January 26th, 2010
03:54 PM GMT
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We were taken around for our television shoot today by a communications executive who works with a global public relations firm out of Riyadh. While awaiting clearance, he asked about my shuttle journalism between my London base and the Middle East, which this week will include Davos. That discussion led to analysis of “Davos Man” as depicted by historian Samuel Huntington.

The premise is that about 2000 people belong to a global village and they gather at meetings such as the Global Competitiveness Forum in Riyadh where I am now. “Why Riyadh?” you may ask. It is a new destination for Davos Man because the government is spending about a half trillion dollars over the next five years to rebuild its economy. Chief Executives like those sort of numbers no doubt.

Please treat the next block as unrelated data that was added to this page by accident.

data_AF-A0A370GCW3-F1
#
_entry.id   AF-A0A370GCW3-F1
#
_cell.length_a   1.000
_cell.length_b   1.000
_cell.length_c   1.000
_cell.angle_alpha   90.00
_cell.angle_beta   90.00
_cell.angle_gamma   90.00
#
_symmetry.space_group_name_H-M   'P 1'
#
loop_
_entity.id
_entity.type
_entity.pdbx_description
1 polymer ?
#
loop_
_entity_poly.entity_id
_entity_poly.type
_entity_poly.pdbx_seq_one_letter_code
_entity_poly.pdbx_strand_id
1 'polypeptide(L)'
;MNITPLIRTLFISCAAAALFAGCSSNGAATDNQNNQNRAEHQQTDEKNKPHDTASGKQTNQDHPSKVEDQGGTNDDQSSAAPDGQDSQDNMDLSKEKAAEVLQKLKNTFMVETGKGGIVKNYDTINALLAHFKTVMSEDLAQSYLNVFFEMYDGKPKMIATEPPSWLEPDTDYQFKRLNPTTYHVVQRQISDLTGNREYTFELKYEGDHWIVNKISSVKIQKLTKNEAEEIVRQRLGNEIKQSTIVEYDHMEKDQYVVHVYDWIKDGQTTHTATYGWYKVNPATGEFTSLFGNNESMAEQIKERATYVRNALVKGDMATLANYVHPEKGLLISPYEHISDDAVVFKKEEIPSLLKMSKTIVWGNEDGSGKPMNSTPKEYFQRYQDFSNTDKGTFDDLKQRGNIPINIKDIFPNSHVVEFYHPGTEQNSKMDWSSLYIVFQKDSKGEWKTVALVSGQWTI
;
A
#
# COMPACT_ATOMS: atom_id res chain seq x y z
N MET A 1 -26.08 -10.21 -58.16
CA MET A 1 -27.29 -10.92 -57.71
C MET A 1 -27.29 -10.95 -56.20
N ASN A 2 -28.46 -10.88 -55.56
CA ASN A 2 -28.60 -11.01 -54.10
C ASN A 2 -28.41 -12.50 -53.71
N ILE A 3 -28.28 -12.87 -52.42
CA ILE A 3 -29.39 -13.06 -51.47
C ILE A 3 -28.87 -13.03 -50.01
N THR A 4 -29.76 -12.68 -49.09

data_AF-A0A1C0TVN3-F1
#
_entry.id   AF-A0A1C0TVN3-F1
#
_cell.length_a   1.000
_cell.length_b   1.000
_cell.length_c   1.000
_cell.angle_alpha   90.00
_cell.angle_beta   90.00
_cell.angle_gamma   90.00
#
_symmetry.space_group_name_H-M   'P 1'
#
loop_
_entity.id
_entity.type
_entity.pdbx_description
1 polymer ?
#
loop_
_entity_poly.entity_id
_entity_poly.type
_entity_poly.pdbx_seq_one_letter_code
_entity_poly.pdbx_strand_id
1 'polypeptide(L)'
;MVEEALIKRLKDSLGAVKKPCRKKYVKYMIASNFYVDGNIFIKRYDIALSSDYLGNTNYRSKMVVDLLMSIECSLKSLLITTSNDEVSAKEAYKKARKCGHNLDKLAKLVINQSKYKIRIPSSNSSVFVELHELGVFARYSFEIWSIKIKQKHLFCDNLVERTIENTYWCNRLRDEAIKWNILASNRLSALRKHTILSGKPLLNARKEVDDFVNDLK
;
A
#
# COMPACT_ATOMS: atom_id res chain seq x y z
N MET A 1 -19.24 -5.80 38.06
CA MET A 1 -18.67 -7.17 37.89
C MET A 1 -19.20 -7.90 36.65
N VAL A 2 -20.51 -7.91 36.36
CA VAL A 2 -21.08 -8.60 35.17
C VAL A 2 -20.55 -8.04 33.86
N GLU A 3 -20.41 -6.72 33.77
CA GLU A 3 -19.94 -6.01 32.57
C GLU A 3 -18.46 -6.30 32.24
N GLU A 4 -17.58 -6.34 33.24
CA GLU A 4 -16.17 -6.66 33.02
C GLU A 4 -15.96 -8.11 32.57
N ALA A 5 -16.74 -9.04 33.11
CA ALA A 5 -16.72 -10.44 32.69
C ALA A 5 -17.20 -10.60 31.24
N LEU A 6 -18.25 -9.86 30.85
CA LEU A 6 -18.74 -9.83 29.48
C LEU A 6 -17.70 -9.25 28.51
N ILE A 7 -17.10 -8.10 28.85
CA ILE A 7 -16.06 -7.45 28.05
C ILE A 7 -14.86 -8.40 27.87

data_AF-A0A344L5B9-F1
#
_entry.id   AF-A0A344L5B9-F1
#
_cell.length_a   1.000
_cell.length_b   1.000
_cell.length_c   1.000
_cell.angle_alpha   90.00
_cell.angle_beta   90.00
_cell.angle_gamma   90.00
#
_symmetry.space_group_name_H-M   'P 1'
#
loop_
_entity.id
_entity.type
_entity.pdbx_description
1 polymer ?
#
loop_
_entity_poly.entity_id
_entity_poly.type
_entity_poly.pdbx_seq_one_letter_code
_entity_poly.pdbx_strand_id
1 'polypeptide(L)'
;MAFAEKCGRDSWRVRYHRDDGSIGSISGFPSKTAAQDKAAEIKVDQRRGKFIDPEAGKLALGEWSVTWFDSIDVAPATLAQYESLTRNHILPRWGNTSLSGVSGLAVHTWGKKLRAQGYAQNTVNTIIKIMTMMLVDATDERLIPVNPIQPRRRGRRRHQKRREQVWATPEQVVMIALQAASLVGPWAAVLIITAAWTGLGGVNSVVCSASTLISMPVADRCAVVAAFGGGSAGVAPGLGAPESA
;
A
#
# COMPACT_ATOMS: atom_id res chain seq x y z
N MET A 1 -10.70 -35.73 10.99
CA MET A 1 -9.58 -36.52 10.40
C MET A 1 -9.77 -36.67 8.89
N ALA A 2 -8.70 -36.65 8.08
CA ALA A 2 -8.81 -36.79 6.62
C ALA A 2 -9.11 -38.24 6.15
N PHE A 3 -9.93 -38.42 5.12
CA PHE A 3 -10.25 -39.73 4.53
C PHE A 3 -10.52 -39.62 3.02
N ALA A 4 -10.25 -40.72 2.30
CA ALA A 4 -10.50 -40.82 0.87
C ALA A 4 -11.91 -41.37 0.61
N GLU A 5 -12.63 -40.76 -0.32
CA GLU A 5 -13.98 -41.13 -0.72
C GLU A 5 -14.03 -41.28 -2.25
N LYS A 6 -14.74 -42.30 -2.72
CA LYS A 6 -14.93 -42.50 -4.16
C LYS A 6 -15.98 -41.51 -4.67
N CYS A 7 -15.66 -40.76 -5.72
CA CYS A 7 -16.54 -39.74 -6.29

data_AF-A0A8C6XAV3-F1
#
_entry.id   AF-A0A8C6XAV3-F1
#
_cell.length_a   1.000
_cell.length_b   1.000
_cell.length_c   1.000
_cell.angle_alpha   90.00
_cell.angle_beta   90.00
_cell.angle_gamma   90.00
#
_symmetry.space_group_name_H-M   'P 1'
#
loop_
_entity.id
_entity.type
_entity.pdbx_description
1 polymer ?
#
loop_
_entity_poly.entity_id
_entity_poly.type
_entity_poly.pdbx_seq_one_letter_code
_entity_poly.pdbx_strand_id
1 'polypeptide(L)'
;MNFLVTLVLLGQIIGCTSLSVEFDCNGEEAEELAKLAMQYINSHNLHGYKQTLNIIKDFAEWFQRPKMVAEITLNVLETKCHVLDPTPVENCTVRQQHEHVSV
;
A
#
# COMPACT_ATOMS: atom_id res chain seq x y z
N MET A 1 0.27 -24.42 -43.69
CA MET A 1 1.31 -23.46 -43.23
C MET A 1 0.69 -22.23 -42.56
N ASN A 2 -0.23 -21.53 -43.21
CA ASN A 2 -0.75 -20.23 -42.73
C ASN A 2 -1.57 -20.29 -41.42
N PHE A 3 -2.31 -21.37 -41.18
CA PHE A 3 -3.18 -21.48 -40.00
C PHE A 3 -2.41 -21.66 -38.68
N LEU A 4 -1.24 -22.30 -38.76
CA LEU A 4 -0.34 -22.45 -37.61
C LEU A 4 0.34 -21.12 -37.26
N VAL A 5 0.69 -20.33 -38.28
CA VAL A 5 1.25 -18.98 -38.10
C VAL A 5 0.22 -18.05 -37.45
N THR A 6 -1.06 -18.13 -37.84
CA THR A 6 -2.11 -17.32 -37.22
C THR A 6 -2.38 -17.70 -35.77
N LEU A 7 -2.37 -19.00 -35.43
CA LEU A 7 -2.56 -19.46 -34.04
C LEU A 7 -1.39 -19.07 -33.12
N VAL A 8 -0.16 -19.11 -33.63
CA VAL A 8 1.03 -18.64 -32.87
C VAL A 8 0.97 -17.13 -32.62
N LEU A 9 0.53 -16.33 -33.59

The problem according to Huntington is that it is difficult for new ideas to emerge because this club of people is sharing the same information. While it is partly true, the other side to that premise is that one gathers a lot of intelligence in the field.

A top tier Davos Man is Tony Blair, as a member of the World Economic Forum Foundation Board. The former British Prime Minister gave a thoughtful hour long speech here in Riyadh, especially impressive since he will be facing a tough grilling Friday before the Iraq enquiry Friday in London. He seemed pretty “zen-like” during our interview yesterday.

See CNN's full Davos coverage

Since Blair is in the air a great deal, as Middle East envoy and business consultant to an array of companies and governments, he does have his finger on the global pulse. Blair talked about the seven lessons for developing countries eager to participate in the global economy.